Thailand Moves to Recognize Same-sex Unions
Thailand’s cabinet approved a civil partnership bill on Wednesday that would, if passed, recognize same-sex unions with similar legal rights as those granted to married heterosexual couples. The move marks a clearly liberal change for the LGBTIQ community in a nation known to be legally conservative. Importantly, the change would allow same-sex couples to adopt children and enjoy equal rights of inheritance and joint property ownership.
If the bill, which began its journey through the Thai legislature in 2018, is passed by Thailand’s parliament, it would become only the second government in Asia to allow registration of same-sex unions.
Same-sex marriage became legal in Taiwan on 24 May 2019, a week after its parliament passed a bill offering similar protections of marriage to heterosexuals. However, as some have found out in the year since, not all rights granted to heterosexuals made their way into the law. In Taiwan, gay people can only marry foreigners from a country where same-sex marriage is also legal, necessarily excluding partners from all other Asian countries, and they can only adopt children biologically related to at least one of them.
Earlier this year, Bhutan’s Legislative Committee—the lower house of the parliamentary national assembly, approved a bill to officially decriminalize same-sex relationships, though the bill did not move further toward legalizing unions.
In 2018, India struck down colonial-era legislation prohibiting gay sex. Meanwhile, Hong Kong, where Buddhistdoor Global is based, abolished or revised a number of offenses that criminalized sex between men in 2019. Yet in Hong Kong there are still no equal rights for same-sex unions, which campaigners continue to fight for in the courts system. In Japan, gay couples sued the government over the right to legally wed last year.
In 2013, Vietnam decriminalized same-sex weddings but still does not recognize unions as legal. This is despite pressure from several countries in 2019 during a United Nations Human Rights Committee (UNHRC) review.
“The Civil Partnership Bill is an important step for Thai society in promoting equal rights and supporting the rights of same-sex couples to build families and live as partners,” deputy government spokeswoman Ratchada Thanadirek stated on Facebook. (Reuters)
Thailand, known for an extraordinary tolerance of gender expressions, even became a hot spot for global LGBTIQ travelers before the coronavirus pandemic. Nonetheless, the legal framework of the nation, based heavily on ancient Buddhist moral values, has lagged far behind. This conservatism has also presented obstacles to Thai women who have wished to fully ordain as Buddhist monastics, a practice yet to be officially recognized in Thailand.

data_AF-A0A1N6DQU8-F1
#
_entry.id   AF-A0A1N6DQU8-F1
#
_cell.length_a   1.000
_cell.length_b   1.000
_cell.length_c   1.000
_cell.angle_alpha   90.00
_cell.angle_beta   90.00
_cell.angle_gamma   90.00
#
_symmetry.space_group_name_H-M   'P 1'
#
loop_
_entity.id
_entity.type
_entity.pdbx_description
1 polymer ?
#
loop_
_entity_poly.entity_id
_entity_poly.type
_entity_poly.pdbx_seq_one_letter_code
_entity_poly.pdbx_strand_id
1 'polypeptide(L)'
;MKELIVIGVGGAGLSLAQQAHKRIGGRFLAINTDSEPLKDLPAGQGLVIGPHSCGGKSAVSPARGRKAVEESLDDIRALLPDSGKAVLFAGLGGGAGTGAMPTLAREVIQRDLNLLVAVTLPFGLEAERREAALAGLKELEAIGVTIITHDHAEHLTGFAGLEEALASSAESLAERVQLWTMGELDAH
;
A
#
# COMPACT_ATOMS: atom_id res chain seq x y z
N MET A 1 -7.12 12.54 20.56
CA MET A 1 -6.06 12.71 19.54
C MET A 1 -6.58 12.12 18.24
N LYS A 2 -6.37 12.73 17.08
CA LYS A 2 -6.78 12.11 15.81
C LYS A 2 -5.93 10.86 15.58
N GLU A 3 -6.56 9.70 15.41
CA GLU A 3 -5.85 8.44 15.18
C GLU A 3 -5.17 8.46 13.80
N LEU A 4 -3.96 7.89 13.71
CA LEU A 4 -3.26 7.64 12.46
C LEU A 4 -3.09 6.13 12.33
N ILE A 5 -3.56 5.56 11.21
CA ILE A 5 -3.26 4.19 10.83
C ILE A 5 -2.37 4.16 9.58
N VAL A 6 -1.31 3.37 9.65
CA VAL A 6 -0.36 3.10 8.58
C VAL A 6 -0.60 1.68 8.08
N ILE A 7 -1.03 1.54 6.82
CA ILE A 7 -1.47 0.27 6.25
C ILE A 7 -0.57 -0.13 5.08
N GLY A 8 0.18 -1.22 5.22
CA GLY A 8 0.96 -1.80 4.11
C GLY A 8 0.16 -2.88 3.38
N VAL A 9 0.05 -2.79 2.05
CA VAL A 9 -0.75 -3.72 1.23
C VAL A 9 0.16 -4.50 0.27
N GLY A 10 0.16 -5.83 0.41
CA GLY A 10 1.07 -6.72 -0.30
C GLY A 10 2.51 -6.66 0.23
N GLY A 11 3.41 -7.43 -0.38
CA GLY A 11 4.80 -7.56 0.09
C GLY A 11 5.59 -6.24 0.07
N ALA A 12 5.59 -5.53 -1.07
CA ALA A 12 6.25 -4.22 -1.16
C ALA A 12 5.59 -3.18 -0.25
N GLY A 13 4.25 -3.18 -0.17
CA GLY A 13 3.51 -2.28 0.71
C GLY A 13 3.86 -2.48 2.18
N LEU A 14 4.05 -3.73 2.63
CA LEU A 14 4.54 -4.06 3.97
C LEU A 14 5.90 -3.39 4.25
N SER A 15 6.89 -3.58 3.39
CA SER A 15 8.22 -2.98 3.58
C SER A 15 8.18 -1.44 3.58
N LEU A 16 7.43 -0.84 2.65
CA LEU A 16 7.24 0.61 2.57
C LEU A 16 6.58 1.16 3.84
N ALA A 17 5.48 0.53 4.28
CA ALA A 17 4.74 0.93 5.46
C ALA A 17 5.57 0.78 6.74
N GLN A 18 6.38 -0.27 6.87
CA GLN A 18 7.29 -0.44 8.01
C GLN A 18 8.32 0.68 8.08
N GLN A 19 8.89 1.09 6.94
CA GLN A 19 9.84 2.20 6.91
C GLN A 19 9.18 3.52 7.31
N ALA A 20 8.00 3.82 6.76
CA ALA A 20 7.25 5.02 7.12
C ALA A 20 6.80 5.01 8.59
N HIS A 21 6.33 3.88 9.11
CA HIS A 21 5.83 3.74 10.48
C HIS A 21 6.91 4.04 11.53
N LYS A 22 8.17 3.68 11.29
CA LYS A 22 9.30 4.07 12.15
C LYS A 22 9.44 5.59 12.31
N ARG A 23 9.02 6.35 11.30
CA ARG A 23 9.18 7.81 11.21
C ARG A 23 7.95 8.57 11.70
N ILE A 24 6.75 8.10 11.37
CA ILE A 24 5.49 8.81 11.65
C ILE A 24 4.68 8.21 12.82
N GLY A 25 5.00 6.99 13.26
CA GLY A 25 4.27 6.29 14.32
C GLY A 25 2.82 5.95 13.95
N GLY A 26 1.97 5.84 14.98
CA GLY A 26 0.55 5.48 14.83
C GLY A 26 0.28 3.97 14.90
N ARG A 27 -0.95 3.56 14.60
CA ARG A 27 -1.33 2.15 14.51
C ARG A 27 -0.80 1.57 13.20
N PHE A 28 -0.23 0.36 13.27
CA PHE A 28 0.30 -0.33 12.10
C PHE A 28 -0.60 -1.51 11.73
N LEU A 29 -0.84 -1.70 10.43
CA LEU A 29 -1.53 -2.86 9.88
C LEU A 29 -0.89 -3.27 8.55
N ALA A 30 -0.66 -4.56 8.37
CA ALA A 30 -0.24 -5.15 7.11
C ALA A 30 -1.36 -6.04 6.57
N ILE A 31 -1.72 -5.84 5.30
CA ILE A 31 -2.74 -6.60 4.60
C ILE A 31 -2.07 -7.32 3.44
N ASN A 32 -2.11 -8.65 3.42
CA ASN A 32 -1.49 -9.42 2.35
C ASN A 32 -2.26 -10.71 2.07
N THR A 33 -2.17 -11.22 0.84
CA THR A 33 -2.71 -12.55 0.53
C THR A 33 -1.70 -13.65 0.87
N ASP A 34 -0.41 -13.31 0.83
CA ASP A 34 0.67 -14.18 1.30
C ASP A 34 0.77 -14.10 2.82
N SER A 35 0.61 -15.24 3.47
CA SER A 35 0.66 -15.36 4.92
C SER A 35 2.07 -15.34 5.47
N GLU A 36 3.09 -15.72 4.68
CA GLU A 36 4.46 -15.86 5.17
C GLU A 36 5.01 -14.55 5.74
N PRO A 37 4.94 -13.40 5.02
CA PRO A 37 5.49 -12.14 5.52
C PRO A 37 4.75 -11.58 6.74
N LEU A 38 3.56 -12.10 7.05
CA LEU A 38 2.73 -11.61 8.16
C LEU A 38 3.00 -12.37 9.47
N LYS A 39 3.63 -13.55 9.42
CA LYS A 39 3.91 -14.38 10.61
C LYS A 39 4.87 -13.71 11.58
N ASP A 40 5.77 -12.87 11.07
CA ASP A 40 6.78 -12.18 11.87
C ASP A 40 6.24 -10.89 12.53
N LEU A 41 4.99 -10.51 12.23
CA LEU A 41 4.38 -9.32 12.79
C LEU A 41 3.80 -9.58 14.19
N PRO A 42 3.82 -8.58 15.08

Kittinan Daramadhaj, president of the Rainbow Sky Association of Thailand, said the bill would essentially allow same-sex couples to marry but stopped short of calling it a “marriage,” which is legally defined as being between a man and woman. “What’s in a name? It’s the content that matters. Civil partnership shouldn’t distract from the fact that it’s about the legal registration of unions.” he said. (Reuters)
Nonetheless, advocates noted that the bill represented a step in the right direction. Kittinan added that if passed, the bill would “sufficiently alleviate pains and support the human rights of LGBT people.” (Reuters)
In 2016, the US State Department’s first-ever Special Envoy for the Human Rights of Lesbian, Gay, Bisexual, Transgender, and Intersex (LGBTI) Persons visited Bangkok. While in Thailand, he met Thai officials and LGBTI civil society leaders, toured the Rainbow Sky Association of Thailand clinic, and spoke with local and regional media about his mission to promote human rights for LGBTI people around the world.
According to a 2015 census, 94.5 per cent of Thailand’s population practices Buddhism. The country’s second-largest religion, Islam, is practiced by 4.29 per cent of the people, predominantly in the south of the country. Christians officially make up just over 1 per cent of the populous. The kingdom has some 40,000 Buddhist temples with almost 300,000 Buddhist monks.
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